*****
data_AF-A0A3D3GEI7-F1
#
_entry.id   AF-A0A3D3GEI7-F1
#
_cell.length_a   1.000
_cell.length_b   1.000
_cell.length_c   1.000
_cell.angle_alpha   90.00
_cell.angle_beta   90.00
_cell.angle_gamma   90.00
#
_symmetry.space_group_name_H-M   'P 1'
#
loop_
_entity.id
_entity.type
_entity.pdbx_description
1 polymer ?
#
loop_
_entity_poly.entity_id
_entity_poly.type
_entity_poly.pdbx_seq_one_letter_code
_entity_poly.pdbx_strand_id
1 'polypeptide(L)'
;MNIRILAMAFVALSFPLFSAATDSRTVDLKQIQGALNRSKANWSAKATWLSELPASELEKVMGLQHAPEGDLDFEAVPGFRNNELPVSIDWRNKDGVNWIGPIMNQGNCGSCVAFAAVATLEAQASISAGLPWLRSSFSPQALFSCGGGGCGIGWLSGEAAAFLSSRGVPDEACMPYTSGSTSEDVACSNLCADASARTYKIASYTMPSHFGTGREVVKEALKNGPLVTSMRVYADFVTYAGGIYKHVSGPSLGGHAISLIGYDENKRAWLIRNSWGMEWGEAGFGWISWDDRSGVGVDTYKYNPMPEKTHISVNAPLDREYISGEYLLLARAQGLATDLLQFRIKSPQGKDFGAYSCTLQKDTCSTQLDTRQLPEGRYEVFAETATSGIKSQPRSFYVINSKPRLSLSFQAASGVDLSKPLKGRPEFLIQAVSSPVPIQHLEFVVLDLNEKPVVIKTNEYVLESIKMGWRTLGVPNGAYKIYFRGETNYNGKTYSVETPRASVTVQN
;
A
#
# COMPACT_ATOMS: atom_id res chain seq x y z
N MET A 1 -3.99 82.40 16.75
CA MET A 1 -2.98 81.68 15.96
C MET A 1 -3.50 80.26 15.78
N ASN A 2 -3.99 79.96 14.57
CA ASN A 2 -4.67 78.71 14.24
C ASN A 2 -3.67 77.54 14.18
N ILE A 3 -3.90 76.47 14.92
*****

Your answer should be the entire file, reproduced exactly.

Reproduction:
data_AF-A0A3D3GEI7-F1
#
_entry.id   AF-A0A3D3GEI7-F1
#
_cell.length_a   1.000
_cell.length_b   1.000
_cell.length_c   1.000
_cell.angle_alpha   90.00
_cell.angle_beta   90.00
_cell.angle_gamma   90.00
#
_symmetry.space_group_name_H-M   'P 1'
#
loop_
_entity.id
_entity.type
_entity.pdbx_description
1 polymer ?
#
loop_
_entity_poly.entity_id
_entity_poly.type
_entity_poly.pdbx_seq_one_letter_code
_entity_poly.pdbx_strand_id
1 'polypeptide(L)'
;MNIRILAMAFVALSFPLFSAATDSRTVDLKQIQGALNRSKANWSAKATWLSELPASELEKVMGLQHAPEGDLDFEAVPGFRNNELPVSIDWRNKDGVNWIGPIMNQGNCGSCVAFAAVATLEAQASISAGLPWLRSSFSPQALFSCGGGGCGIGWLSGEAAAFLSSRGVPDEACMPYTSGSTSEDVACSNLCADASARTYKIASYTMPSHFGTGREVVKEALKNGPLVTSMRVYADFVTYAGGIYKHVSGPSLGGHAISLIGYDENKRAWLIRNSWGMEWGEAGFGWISWDDRSGVGVDTYKYNPMPEKTHISVNAPLDREYISGEYLLLARAQGLATDLLQFRIKSPQGKDFGAYSCTLQKDTCSTQLDTRQLPEGRYEVFAETATSGIKSQPRSFYVINSKPRLSLSFQAASGVDLSKPLKGRPEFLIQAVSSPVPIQHLEFVVLDLNEKPVVIKTNEYVLESIKMGWRTLGVPNGAYKIYFRGETNYNGKTYSVETPRASVTVQN
;
A
#
# COMPACT_ATOMS: atom_id res chain seq x y z
N MET A 1 -3.99 82.40 16.75
CA MET A 1 -2.98 81.68 15.96
C MET A 1 -3.50 80.26 15.78
N ASN A 2 -3.99 79.96 14.57
CA ASN A 2 -4.67 78.71 14.24
C ASN A 2 -3.67 77.54 14.18
N ILE A 3 -3.90 76.47 14.92